Southern Style: Alabama is My Brother

January 21, 2011 Updated: October 1, 2015

Alabama Gov. Robert Bentley (
Alabama Gov. Robert Bentley (
Here in Georgia, we like to mock our next-door neighbor, Alabama. We say they marry their relatives, need dental work, go barefoot, and eat possums. We thank them and their neighbor Mississippi for sparing us from always coming in 50th on various rankings of wellbeing and prosperity.

We kid because we love. But sometimes Alabama really does do something to embarrass us.

Alabama Gov. Robert Bentley. Why, oh why did you give voice to that ugly thought on Martin Luther King Day? In a church where King was a pastor?

He said, in his first week in office, "Anybody who has not accepted Jesus Christ as their savior, I'm telling you, you're not my brother and you're not my sister." The rest of the sentence, not reported everywhere, was “and I want to be your brother."

Now that is not kosher on so many levels, especially coming from an elected official.

First, before I rip into this topic, I must give him credit. He apologized. Not that well. A good apology says, “I am sorry. I was wrong.” A lesser apology says, “I am sorry if I hurt your feelings, as irrational as they may be, as taken out of context as my actions may be.”

Bentley tipped into the latter type of weasel apology—possum apology?

He said, "If anyone from other religions felt disenfranchised by the language, I want to say I am sorry,” according to local station WTVO.

Why not kosher? Well, it does hurt the feelings of Jews, and indeed it makes them and people of other faiths wonder if they can expect to be treated fairly while he is in office. Did he mean they would have to convert to become his brother? It seems he really did. The Anti-Defamation League (ADL) wondered the same thing.

Bill Nigut is regional director of the ADL. He released a statement saying, "Governor Bentley's remarks suggest that he is determined to use his new position to proselytize for Christian conversion. If he does so, he is dancing dangerously close to a violation of the First Amendment of the U.S. Constitution, which forbids government from promoting the establishment of any religion."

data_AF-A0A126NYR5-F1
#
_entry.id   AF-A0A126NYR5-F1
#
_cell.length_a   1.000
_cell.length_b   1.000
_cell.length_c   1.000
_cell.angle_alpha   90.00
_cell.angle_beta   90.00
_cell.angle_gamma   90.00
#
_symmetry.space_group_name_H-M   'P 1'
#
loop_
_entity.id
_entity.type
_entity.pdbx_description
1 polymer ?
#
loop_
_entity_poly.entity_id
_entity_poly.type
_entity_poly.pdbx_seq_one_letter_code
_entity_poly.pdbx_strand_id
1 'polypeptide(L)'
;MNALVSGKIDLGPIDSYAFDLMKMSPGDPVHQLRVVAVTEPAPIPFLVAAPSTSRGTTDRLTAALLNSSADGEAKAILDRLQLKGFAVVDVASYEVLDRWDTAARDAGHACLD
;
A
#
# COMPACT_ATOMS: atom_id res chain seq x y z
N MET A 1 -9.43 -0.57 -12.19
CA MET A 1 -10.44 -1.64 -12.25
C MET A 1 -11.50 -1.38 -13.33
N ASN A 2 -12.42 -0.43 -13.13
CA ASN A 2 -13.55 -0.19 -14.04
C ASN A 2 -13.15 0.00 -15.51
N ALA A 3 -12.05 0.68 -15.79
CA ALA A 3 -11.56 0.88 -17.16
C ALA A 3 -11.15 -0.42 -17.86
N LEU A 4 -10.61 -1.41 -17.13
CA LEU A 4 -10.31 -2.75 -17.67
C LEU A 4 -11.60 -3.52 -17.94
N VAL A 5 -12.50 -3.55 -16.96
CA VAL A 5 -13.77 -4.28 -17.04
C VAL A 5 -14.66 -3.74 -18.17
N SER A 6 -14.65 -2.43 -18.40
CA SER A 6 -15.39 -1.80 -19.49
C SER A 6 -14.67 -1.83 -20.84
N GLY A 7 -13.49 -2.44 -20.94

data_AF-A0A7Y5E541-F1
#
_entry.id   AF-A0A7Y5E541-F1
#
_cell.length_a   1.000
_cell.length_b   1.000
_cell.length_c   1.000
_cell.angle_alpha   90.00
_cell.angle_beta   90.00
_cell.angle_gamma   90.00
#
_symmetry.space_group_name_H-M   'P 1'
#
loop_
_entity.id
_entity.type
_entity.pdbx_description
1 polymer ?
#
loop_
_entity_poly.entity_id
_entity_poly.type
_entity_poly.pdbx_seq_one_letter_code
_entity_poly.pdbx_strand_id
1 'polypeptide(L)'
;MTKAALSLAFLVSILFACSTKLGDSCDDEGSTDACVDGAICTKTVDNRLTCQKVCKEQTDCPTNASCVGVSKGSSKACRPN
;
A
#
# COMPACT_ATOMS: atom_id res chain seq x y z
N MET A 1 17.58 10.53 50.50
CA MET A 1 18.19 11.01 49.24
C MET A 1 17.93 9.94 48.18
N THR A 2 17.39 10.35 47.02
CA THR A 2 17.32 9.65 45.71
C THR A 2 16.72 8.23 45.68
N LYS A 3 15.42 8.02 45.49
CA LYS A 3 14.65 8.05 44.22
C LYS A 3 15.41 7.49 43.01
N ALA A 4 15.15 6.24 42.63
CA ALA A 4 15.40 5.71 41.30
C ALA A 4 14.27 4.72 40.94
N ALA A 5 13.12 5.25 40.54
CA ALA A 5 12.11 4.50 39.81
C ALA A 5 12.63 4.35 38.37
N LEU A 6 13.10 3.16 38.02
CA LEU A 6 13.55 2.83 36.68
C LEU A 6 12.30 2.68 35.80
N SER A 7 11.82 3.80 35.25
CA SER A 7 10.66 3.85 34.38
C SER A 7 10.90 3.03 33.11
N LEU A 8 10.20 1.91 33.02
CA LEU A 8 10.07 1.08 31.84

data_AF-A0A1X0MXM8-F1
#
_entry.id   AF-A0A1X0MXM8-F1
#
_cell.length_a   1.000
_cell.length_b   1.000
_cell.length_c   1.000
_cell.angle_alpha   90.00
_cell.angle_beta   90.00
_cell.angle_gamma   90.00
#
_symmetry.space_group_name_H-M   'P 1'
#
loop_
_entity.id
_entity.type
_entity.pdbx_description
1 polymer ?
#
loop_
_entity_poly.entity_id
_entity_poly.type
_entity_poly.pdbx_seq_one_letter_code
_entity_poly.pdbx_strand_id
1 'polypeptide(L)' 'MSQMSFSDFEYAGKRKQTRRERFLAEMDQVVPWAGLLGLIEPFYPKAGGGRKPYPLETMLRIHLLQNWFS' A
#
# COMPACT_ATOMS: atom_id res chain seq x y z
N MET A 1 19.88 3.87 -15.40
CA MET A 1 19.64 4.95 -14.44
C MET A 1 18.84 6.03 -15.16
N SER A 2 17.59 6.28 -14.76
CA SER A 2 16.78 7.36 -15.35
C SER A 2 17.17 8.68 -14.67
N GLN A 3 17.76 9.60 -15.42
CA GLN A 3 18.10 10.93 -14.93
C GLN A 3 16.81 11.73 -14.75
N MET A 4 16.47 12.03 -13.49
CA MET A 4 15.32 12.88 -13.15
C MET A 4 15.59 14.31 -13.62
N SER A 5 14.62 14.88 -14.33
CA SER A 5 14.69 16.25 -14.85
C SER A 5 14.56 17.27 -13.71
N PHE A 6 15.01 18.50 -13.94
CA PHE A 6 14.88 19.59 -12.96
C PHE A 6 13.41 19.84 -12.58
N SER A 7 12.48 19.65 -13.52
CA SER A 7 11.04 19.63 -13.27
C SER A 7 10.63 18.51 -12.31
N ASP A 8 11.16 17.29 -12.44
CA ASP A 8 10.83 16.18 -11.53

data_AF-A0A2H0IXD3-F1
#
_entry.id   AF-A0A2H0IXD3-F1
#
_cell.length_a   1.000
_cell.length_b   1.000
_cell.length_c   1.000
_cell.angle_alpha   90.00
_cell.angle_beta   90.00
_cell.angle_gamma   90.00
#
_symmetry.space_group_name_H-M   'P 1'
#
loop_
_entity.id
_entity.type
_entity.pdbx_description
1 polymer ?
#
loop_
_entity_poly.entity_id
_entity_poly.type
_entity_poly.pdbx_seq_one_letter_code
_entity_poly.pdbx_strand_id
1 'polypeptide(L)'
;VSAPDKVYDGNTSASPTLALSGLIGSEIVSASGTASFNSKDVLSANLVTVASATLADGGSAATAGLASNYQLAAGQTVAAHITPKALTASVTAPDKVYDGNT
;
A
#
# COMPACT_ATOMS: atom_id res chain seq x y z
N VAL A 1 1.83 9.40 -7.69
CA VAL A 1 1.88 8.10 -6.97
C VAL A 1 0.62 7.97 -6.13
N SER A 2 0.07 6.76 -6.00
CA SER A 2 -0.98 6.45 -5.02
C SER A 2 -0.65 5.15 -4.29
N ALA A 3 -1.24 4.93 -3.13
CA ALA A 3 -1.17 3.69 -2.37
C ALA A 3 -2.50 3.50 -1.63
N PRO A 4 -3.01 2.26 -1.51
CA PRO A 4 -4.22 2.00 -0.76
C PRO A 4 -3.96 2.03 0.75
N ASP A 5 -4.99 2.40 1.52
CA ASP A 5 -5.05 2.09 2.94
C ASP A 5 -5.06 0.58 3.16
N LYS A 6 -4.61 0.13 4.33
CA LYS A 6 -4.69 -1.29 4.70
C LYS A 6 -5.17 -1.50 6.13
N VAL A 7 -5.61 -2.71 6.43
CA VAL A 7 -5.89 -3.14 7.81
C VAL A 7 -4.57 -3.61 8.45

A couple of things I love, as an American and a Southerner. I love that beautiful, wise First Amendment. And I love the ideals of Martin Luther King.

“Congress shall make no law respecting an establishment of religion, or prohibiting the free exercise thereof; or abridging the freedom of speech, or of the press; or the right of the people peaceably to assemble, and to petition the Government for a redress of grievances.”

That is perfect.

It is why a governor needs to keep that theological foot out of his mouth. He can believe whatever he likes, but he has to find a way to keep his beliefs separate from his duties as leader of the great state of Alabama.

Then there’s the not my brother part. I spent an uplifting four hours in Ebenezer Baptist Church on Jan. 17—celebrating Martin Luther King’s 82nd birthday in another church where he was a pastor. What struck me at the service, and has struck me while knowing and working with many veterans of the civil rights movement, is how serious the Kingian nonviolent philosophy is about inclusion. I have seen it in big and small ways, attending a community meeting as the only white person, welcomed with kindness. The King Center always inviting a rabbi to sing “We Shall Overcome.” I could give many more examples.

King, and all those movement people, took inclusion, not making people feel left out, utterly to heart. It was and is a core value for them. They were mostly Christians, and they regarded all men and women, of all faiths, as their brothers and sisters.

So Alabama, you are my brother. You still cannot convince me to eat possum.